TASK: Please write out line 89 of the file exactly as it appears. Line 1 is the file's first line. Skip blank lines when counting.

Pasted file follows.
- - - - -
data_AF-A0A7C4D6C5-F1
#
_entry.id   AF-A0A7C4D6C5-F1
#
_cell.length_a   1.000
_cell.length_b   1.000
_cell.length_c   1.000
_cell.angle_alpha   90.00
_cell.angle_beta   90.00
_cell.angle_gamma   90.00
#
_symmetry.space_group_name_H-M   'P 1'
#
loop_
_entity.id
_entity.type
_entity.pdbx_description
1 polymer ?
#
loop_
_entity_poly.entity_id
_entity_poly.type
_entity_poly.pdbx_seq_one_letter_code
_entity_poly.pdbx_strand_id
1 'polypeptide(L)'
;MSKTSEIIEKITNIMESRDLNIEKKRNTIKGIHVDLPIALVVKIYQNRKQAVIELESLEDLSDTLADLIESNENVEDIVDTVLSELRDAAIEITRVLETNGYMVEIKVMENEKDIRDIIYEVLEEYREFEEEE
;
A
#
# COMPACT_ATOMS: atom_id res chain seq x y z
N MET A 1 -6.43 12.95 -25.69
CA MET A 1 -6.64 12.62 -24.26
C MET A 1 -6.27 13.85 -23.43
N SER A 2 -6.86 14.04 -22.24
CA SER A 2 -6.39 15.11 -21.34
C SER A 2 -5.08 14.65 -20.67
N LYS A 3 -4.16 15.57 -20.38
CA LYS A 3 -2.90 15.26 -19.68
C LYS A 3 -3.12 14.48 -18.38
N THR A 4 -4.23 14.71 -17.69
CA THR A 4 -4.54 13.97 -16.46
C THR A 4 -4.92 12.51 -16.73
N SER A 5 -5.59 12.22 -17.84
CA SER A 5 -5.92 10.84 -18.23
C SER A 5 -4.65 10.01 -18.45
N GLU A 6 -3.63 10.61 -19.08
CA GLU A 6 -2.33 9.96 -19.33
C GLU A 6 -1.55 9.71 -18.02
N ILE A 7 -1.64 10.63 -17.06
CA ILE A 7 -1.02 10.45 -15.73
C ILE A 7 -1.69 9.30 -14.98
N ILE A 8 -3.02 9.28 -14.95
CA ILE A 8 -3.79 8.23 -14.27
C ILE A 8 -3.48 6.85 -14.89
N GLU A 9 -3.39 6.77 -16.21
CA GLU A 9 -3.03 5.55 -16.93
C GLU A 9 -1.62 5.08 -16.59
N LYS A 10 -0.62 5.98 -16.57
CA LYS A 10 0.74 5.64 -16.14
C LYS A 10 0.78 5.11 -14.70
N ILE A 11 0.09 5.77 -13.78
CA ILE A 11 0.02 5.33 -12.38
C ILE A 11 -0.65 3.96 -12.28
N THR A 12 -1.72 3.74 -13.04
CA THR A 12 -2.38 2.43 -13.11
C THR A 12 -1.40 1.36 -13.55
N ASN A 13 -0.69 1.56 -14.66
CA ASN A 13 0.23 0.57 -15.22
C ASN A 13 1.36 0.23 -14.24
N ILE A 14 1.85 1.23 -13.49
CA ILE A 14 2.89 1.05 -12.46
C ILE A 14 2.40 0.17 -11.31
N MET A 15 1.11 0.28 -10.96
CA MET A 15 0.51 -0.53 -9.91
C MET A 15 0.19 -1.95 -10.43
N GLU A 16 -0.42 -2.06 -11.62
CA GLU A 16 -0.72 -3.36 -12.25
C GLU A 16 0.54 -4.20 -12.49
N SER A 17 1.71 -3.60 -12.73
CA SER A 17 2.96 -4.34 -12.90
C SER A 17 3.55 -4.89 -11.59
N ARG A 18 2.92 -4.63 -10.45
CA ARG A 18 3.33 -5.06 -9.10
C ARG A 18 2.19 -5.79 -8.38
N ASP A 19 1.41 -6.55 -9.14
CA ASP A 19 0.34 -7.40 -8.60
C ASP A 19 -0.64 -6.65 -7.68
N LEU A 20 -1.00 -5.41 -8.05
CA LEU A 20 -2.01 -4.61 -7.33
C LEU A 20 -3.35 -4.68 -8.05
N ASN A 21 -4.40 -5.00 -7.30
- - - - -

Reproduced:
CA LEU A 20 -2.01 -4.61 -7.33